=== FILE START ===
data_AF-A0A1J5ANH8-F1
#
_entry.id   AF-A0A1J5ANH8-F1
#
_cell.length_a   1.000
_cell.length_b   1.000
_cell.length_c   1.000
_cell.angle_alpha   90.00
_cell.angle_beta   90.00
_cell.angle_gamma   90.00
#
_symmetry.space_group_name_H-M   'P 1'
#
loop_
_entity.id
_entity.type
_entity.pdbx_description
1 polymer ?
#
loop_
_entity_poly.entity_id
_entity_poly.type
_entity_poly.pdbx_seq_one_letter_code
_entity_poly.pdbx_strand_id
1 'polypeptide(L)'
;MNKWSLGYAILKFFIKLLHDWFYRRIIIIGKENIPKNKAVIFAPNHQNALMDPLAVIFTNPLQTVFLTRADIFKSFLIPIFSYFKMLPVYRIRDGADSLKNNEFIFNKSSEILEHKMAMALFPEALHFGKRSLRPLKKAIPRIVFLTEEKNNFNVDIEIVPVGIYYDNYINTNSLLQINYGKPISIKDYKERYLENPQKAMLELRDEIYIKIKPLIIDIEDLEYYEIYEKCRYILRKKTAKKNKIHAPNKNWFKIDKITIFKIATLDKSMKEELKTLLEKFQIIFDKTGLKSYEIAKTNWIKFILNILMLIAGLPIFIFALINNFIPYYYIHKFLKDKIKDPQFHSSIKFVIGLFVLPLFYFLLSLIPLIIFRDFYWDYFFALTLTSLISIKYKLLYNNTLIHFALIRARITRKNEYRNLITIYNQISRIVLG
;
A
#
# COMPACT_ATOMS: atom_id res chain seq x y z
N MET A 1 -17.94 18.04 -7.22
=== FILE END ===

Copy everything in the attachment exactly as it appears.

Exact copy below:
data_AF-A0A1J5ANH8-F1
#
_entry.id   AF-A0A1J5ANH8-F1
#
_cell.length_a   1.000
_cell.length_b   1.000
_cell.length_c   1.000
_cell.angle_alpha   90.00
_cell.angle_beta   90.00
_cell.angle_gamma   90.00
#
_symmetry.space_group_name_H-M   'P 1'
#
loop_
_entity.id
_entity.type
_entity.pdbx_description
1 polymer ?
#
loop_
_entity_poly.entity_id
_entity_poly.type
_entity_poly.pdbx_seq_one_letter_code
_entity_poly.pdbx_strand_id
1 'polypeptide(L)'
;MNKWSLGYAILKFFIKLLHDWFYRRIIIIGKENIPKNKAVIFAPNHQNALMDPLAVIFTNPLQTVFLTRADIFKSFLIPIFSYFKMLPVYRIRDGADSLKNNEFIFNKSSEILEHKMAMALFPEALHFGKRSLRPLKKAIPRIVFLTEEKNNFNVDIEIVPVGIYYDNYINTNSLLQINYGKPISIKDYKERYLENPQKAMLELRDEIYIKIKPLIIDIEDLEYYEIYEKCRYILRKKTAKKNKIHAPNKNWFKIDKITIFKIATLDKSMKEELKTLLEKFQIIFDKTGLKSYEIAKTNWIKFILNILMLIAGLPIFIFALINNFIPYYYIHKFLKDKIKDPQFHSSIKFVIGLFVLPLFYFLLSLIPLIIFRDFYWDYFFALTLTSLISIKYKLLYNNTLIHFALIRARITRKNEYRNLITIYNQISRIVLG
;
A
#
# COMPACT_ATOMS: atom_id res chain seq x y z
N MET A 1 -17.94 18.04 -7.22